I think the big issue was that there had exercises in the years before the conflict that involved defending a task group against a low flying enemy. According to Sandy Woodward in One Hundred Days, later in the conflict someone proposed the tactic of vectoring the aircraft on CAP down the bearing of the Agave detections. Guided by ships' radar detections, they could have deterred the Super Eterndards from popping up to search with radar and to fire the Exocet. If this had been tried in exercises and existed as a tactic on 04 May 1982.
 

PhotEx

On ROPS
On ROPs
Very confusing - a quick Google search often shows he is talking testicles.

Only a moron would say the Falklands proves a task group can fight off sustained air attacks with specialist anti ship weapons without AEW and fighter aircraft.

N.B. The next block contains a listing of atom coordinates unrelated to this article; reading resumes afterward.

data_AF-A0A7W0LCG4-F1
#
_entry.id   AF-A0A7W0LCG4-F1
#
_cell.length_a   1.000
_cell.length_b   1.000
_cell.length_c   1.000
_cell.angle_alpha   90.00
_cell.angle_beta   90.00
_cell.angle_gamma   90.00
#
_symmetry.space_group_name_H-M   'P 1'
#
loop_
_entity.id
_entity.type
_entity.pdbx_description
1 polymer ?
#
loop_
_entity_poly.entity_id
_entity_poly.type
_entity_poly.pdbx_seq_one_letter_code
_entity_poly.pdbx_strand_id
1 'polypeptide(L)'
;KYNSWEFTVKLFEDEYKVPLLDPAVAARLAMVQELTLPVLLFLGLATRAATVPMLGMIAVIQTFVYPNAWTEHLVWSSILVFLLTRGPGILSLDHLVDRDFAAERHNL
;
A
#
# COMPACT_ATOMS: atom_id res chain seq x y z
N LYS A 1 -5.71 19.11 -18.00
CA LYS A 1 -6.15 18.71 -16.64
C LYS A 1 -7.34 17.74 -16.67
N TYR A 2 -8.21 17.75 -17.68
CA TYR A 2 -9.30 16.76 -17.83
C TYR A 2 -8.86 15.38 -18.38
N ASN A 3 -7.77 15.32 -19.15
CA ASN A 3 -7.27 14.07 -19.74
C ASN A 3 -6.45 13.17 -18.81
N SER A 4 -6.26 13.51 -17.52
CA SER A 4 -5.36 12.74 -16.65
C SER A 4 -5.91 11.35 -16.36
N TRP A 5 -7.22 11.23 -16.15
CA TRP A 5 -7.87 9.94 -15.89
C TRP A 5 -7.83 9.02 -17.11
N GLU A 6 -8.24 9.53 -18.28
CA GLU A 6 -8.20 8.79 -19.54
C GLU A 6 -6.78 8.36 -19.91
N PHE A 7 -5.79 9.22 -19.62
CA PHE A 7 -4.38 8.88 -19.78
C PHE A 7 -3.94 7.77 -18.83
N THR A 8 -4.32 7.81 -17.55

And yet despite your hysterical flailing, the Royal Navy did just that.
 

PhotEx

On ROPS
On ROPs
vectoring the aircraft on CAP down the bearing of the Agave detections. Guided by ships' radar detections, they could have deterred the Super Eterndards from popping up to search with radar and to fire the Exocet. If this had been tried in exercises and existed as a tactic on 04 May 1982.

or you could fire a Sea Dart down the bearing at the predicted position and ruin an Etendards day when it popped up to do its radar search…. This DID exist as the SOP on the day - but despite a series of paints that clearly showed a developing attack, no one was in Sheffield’s Ops Room to take the shot. See Invincible salvoing Sea Darts down the bearing at a developing attack.


I know you think there should have been a magic time machine to save the Task Force, but small look down shoot down radars and AMRAAM missiles didn’t exist in the 70’s. Sea Harrier was a de facto very short range eyeball guided fighter with a pair of very short range sidewinders.

Whats that? The RN was acutely aware in 1982 of the need to get more missiles in the air and out to much longer ranges - but money! And a Minister who was trying to scrap half the Navy.